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close this bookThe Improvement of Tropical and Subtropical Rangelands (BOSTID)
close this folderPart I
close this folderThe nature of tropical and subtropical rangelands
View the document(introduction...)
View the documentRange classification
View the documentSocial system-ecosystem interactions
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Social system-ecosystem interactions

Most environmental systems are highly modified by human activity. Hence, an understanding of the biological and use potential of these systems benefits greatly from analyses of environmental change over time (National Research Council, 1981). Such analysis is also important in defining ecosystems and in identifying cause-effect relationships that have contributed to changes in the composition and productivity of these systems.

Indigenous social systems, through selection and adaptation, are functionally associated with local ecosystems through flows of energy, material, and information (4) (Rambo and Sajise, 1984). Changes in either the social or environmental system result in changes in the other. Hence, each system must be thoroughly understood if positive change is to be realized. In many, perhaps most, instances, highly disruptive changes are responses to external stimuli. Many examples could be cited. For example, the highly regulated land-use systems of many societies (see the discussion of the hema system in case study 9, Part II) were commonly transformed into open-access systems through the imposition of European public-domain law often combined with land expropriation, a situation that, in many regions, has led to intense use pressure and severe environmental degradation. Similarly, colonial era introductions of cattle into inappropriate areas (such as Zone 5 of the above classificatory system) has led to severe degradation and zonal compression (National Research Council, 1983b). The fixing of boundaries, at national and sub-national levels, has reduced or eliminated strategies of mobility that are crucial to these areas. In addition, increasing market integration has converted highly conservative systems of land use into opportunistic systems that impose greater pressure on available resources. In some cases, this has destroyed the subsistence base that supported the coping strategies of local populations, and has reduced the range of economic options available to them. Wildlife, honey and beeswax, gums and resins, cordage, tannin, and medicinals are among the economic products lost through the de gradation of environmental systems in Africa and Asia.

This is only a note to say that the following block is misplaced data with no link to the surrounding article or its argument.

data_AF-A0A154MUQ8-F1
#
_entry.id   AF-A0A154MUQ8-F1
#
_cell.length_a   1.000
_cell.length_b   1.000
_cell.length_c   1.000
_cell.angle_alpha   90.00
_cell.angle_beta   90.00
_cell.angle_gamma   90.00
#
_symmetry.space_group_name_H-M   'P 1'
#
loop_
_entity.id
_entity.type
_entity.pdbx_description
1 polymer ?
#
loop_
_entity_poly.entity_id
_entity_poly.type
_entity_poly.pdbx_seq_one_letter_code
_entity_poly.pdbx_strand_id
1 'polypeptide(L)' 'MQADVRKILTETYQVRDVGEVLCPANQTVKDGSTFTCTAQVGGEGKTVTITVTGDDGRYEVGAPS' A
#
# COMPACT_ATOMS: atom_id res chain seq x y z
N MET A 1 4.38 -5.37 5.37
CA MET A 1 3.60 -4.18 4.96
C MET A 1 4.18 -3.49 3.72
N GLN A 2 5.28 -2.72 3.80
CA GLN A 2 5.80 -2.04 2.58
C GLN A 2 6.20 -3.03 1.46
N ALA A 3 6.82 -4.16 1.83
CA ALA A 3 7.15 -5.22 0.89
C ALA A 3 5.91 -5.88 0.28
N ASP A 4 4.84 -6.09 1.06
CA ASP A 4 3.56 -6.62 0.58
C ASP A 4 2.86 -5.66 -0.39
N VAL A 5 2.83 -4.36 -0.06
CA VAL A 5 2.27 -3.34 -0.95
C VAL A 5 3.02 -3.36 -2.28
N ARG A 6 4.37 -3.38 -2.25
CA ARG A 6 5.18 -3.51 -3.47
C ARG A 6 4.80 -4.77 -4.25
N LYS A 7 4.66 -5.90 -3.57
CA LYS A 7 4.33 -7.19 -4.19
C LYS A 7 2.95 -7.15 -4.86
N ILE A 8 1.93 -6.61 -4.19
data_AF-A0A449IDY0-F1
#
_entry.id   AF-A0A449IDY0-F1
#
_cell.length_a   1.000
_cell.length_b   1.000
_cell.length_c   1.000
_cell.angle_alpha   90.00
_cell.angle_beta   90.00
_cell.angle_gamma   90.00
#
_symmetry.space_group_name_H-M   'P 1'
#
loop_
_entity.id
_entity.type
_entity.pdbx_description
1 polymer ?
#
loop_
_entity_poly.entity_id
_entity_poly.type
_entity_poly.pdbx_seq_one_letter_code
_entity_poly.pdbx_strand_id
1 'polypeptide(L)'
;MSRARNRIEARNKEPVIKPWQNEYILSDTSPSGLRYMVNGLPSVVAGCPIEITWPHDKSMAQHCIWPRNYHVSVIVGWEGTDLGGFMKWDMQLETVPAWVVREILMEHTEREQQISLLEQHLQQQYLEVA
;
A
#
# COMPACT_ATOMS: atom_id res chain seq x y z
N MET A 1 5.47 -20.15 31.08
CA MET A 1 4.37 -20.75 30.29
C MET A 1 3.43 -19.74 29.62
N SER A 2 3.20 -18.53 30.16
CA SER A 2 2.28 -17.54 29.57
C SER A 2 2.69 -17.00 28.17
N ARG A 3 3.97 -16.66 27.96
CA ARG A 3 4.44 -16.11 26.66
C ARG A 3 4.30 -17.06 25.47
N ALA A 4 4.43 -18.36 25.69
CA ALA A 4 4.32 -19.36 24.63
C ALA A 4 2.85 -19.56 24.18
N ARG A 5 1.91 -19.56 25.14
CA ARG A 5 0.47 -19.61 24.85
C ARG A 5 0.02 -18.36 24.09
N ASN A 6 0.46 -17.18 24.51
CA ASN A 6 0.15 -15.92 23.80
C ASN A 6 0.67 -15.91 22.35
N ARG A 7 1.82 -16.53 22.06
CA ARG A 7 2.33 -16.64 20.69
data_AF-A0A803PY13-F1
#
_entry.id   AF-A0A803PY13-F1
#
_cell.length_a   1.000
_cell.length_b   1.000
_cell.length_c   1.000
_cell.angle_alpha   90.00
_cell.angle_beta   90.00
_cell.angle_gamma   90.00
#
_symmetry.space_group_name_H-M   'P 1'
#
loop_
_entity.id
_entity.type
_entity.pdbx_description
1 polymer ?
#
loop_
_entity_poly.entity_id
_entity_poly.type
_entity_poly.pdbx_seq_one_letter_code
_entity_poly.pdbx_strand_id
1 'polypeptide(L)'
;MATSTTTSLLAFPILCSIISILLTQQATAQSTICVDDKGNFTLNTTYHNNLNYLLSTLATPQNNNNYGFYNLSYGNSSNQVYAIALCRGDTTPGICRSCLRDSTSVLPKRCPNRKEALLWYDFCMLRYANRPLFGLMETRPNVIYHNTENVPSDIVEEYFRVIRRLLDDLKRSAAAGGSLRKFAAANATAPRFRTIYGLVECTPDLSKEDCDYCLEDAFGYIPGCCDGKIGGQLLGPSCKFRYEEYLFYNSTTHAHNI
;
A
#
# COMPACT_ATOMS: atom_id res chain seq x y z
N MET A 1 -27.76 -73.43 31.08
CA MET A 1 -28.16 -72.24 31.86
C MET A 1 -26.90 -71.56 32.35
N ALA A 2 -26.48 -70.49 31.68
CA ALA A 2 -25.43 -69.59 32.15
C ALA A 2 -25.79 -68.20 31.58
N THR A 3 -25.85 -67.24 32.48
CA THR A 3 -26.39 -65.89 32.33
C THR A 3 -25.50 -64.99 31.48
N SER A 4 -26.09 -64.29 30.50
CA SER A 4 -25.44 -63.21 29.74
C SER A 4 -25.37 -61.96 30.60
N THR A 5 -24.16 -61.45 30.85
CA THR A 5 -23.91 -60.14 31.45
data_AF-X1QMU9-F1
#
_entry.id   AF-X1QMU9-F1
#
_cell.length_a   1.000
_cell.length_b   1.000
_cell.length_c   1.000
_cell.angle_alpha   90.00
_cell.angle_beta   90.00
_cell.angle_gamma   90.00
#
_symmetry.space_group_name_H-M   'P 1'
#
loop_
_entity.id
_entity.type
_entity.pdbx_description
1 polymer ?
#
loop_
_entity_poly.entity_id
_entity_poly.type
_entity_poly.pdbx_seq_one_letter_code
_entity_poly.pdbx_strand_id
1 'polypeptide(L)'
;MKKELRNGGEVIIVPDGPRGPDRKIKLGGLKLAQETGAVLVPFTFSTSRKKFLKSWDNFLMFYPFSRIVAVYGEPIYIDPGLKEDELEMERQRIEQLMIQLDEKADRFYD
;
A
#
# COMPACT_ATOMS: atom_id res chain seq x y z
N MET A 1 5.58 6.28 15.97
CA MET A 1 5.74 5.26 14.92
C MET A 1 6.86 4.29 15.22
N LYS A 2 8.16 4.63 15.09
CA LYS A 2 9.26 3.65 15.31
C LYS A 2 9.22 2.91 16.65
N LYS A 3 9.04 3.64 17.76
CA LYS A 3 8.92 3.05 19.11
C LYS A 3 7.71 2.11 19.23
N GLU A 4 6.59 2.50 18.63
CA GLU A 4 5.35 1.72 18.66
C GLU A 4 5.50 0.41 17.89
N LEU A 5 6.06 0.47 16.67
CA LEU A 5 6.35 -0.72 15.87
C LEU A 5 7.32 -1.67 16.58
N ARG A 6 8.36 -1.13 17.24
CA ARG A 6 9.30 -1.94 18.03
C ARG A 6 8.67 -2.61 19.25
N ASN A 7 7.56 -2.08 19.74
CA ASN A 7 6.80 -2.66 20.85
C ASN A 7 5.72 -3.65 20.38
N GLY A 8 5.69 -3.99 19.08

Characteristically more subtle, but equally important, impacts on socioeconomic and environmental systems result from destructive modifications of indigenous systems of values, ideology, knowledge, and social organization. An unfortunate consequence of past efforts in international development is that so much attention was directed toward the transformation of what are now belatedly recognized to be critically important social adaptations, without corresponding effort being made to understand the context or consequences of the changes promoted.

In addressing issues of range management in the tropics and subtropics, many of the most important clues as to appropriate actions for governments and development agencies reside in the analysis of traditional adaptations to local environmental systems. Growing awareness of the importance of traditional adaptations is contributing to a shift of emphasis by governments and development agencies from open-field cultivation and plantation forestry to more biologically complex agroforestry or agro-sylvo-pastoral systems (National Research Council, 1983a). The growing interest in camel husbandry in the drylands of Africa and Asia similarly reflects pre-colonial strategies of rangeland utilization. In West Africa, for example, camel-based livestock systems were commonly replaced by cattlebased systems by colonial administrators unfamiliar with the characteristics of the drylands of West Africa in relation to the requirements of cattle. By so doing, these administrators contributed greatly to the current environ mental emergency in Africa ( National Research Council, 1983a). An overview of selected African and Asian pastoral adaptations is contained in Douglas Johnson's The Nature of Nomadism (1969).


1. In this report, the terms "tropics" and “tropical” are expanded to include the subtropics (Tropical and Subtropical Steppe, Tropical and Subtropical Desert, Mediterranean or Dry Summer Subtropical, and Humid Subtropical climatic regions) as well.
2. Moisture indexes provide expressions of climate derived from monthly rainfafl and evaporation, with the estimate of evaporation based upon measures of radiation, temperature, saturation deficit, and wind speed, weighted for altitude and latitude. They are calculated on the basis of Thornthwaite's concept of moisture indexes (1948), combined with Penman's estimate of evaporation (1948) .
3. In many areas of the tropics, a livestock unit is taken to be a mature zebu cow with calf at Soot (averaging about 300 kg liveweight and having a daily dry matter requirement of 6.5 to 8.5 kg).
4. In an ecological context, information is simply organized or patterned energy or material that tells the observer something about the past, present, or probable future state of an ecosystem or its components. Human response to environmental information is unique compared with that of other organisms because it occurs largely at the cognitive level where cultural conditioning affects both perception and the selection of appropriate responses.